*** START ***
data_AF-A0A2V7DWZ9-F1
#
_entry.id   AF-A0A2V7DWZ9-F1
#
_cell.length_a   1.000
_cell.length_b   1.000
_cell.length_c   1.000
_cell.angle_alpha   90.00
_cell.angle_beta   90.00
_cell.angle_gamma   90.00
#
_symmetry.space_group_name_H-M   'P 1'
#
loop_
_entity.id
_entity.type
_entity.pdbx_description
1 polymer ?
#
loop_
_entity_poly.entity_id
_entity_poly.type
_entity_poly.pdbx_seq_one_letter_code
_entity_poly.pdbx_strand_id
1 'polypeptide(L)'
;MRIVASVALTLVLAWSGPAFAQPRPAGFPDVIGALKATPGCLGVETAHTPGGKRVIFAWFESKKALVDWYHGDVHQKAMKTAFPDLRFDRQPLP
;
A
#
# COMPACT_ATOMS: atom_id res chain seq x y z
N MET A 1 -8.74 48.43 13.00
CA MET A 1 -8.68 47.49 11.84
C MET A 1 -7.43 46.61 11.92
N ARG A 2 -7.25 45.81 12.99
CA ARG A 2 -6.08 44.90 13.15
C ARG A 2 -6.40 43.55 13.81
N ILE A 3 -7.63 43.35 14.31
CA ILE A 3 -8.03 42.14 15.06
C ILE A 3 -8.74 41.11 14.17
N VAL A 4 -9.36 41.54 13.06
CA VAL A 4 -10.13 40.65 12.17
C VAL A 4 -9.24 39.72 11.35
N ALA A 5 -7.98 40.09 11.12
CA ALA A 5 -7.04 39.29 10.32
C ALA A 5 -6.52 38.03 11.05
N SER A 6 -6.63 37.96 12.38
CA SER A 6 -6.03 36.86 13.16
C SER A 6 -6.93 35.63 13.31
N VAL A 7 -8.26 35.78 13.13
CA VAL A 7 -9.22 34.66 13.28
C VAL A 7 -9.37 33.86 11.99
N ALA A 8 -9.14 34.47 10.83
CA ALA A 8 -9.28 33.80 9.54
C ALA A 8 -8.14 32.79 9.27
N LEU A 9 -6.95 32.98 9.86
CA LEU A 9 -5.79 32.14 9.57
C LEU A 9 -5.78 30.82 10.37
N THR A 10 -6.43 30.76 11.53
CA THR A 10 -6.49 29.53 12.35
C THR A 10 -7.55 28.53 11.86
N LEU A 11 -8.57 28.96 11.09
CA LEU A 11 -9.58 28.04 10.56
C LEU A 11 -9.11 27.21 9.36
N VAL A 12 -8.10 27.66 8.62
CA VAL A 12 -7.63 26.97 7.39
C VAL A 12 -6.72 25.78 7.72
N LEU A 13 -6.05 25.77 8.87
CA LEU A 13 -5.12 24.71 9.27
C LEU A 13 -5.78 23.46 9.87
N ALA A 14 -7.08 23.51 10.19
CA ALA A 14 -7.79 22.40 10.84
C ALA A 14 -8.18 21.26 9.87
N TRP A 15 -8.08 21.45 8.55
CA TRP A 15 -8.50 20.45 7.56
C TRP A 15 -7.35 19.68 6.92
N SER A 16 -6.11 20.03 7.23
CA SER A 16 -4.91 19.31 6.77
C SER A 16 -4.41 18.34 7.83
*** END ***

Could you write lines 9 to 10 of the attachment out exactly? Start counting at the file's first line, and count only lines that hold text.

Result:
_cell.angle_beta   90.00
_cell.angle_gamma   90.00